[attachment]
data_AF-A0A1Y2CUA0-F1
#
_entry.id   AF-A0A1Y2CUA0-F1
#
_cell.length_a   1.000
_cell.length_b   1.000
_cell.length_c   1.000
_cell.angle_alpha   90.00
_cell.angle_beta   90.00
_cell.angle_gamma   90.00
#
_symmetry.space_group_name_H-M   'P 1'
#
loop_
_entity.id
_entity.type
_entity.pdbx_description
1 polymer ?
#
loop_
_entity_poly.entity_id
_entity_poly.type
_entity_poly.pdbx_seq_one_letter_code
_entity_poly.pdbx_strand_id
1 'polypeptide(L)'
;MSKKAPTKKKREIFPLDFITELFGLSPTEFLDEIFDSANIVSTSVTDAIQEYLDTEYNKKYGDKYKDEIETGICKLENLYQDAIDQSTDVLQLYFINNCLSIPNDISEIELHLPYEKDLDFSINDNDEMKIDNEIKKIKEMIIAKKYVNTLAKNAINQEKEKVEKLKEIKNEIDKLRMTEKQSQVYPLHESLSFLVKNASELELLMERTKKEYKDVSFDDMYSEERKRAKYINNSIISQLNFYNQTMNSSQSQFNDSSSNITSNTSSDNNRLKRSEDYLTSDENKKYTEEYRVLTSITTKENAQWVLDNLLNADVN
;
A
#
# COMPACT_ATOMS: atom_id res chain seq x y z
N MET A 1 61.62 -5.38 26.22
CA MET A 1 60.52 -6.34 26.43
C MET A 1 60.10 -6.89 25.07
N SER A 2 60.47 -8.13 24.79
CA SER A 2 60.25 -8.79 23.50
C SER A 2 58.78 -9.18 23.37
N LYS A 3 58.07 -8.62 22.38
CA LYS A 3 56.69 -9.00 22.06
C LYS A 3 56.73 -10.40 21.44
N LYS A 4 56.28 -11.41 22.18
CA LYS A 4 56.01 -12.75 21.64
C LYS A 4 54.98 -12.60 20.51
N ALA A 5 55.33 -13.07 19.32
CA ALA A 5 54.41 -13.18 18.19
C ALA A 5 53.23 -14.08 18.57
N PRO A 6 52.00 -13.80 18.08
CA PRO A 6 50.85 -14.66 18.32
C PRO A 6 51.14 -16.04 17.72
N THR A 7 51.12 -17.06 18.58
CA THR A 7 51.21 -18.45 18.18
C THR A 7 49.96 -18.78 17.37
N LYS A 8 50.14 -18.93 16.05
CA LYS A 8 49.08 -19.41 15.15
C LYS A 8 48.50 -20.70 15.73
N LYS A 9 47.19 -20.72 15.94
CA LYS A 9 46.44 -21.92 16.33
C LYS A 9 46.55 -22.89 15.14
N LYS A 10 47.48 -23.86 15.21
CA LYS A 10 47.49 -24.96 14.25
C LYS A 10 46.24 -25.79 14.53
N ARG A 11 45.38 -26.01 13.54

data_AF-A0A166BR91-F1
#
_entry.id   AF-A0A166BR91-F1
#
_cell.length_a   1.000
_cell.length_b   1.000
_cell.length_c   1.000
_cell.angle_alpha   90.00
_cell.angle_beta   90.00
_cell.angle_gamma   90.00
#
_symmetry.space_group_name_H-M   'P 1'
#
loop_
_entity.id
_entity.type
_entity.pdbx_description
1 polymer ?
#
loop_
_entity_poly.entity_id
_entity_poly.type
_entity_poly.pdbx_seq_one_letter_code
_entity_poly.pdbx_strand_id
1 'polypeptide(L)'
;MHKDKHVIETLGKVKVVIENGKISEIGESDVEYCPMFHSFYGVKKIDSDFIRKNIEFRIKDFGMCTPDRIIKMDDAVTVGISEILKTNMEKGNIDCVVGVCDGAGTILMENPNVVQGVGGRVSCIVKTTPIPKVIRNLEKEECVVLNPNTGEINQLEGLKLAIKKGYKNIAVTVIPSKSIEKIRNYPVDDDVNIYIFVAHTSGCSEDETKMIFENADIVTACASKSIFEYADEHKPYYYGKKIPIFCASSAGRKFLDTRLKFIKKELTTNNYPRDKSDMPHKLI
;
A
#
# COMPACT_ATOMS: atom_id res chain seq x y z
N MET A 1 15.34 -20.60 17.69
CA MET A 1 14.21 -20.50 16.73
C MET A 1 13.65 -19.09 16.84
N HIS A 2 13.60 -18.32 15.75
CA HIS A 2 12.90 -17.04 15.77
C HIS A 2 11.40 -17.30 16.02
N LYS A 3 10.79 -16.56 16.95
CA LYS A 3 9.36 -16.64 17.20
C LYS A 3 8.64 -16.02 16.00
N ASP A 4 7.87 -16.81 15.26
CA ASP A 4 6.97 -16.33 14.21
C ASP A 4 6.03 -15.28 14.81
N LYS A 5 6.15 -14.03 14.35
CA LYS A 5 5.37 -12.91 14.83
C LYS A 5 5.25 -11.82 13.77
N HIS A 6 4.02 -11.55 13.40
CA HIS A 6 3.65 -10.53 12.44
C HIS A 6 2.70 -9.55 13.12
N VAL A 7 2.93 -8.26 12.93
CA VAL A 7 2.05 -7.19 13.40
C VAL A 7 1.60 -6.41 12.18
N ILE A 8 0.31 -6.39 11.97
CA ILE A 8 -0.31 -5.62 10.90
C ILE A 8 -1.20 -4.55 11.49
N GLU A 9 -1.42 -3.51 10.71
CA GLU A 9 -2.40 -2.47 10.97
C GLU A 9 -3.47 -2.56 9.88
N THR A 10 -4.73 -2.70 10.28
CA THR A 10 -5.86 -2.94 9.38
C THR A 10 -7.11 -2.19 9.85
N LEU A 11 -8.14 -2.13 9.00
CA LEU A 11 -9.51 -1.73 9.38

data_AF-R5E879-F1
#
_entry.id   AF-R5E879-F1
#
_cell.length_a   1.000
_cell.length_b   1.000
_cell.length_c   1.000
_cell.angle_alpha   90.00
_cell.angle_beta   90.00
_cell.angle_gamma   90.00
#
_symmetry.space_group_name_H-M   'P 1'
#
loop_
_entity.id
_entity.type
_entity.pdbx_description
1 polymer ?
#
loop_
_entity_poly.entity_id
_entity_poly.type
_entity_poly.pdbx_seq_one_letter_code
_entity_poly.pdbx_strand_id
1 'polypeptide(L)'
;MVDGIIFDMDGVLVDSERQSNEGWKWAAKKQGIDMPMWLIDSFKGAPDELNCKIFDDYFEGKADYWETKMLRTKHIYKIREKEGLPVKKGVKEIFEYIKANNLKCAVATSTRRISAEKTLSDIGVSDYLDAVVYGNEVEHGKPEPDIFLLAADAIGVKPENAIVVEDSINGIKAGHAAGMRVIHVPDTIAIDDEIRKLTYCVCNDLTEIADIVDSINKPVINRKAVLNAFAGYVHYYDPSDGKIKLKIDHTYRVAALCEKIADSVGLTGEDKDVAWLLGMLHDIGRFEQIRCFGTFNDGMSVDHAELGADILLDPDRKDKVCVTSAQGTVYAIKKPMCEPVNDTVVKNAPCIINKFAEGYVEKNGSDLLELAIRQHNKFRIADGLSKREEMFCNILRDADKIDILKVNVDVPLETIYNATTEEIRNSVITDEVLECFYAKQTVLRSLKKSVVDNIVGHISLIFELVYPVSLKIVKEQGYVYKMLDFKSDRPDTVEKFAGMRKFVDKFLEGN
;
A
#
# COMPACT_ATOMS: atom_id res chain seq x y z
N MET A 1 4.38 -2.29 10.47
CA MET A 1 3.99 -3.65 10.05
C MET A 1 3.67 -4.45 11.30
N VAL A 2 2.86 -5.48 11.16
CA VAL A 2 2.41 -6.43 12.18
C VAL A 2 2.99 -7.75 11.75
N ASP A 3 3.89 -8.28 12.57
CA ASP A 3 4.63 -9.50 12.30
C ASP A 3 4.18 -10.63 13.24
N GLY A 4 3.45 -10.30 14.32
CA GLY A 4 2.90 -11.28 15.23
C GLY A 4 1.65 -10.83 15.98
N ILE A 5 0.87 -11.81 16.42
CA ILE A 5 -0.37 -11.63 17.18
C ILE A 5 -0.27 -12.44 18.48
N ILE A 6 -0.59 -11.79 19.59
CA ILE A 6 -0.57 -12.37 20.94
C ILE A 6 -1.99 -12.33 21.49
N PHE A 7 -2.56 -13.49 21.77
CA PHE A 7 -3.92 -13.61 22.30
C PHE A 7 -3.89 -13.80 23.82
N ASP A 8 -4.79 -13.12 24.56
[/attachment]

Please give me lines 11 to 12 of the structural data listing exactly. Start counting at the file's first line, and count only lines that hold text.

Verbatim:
#
_symmetry.space_group_name_H-M   'P 1'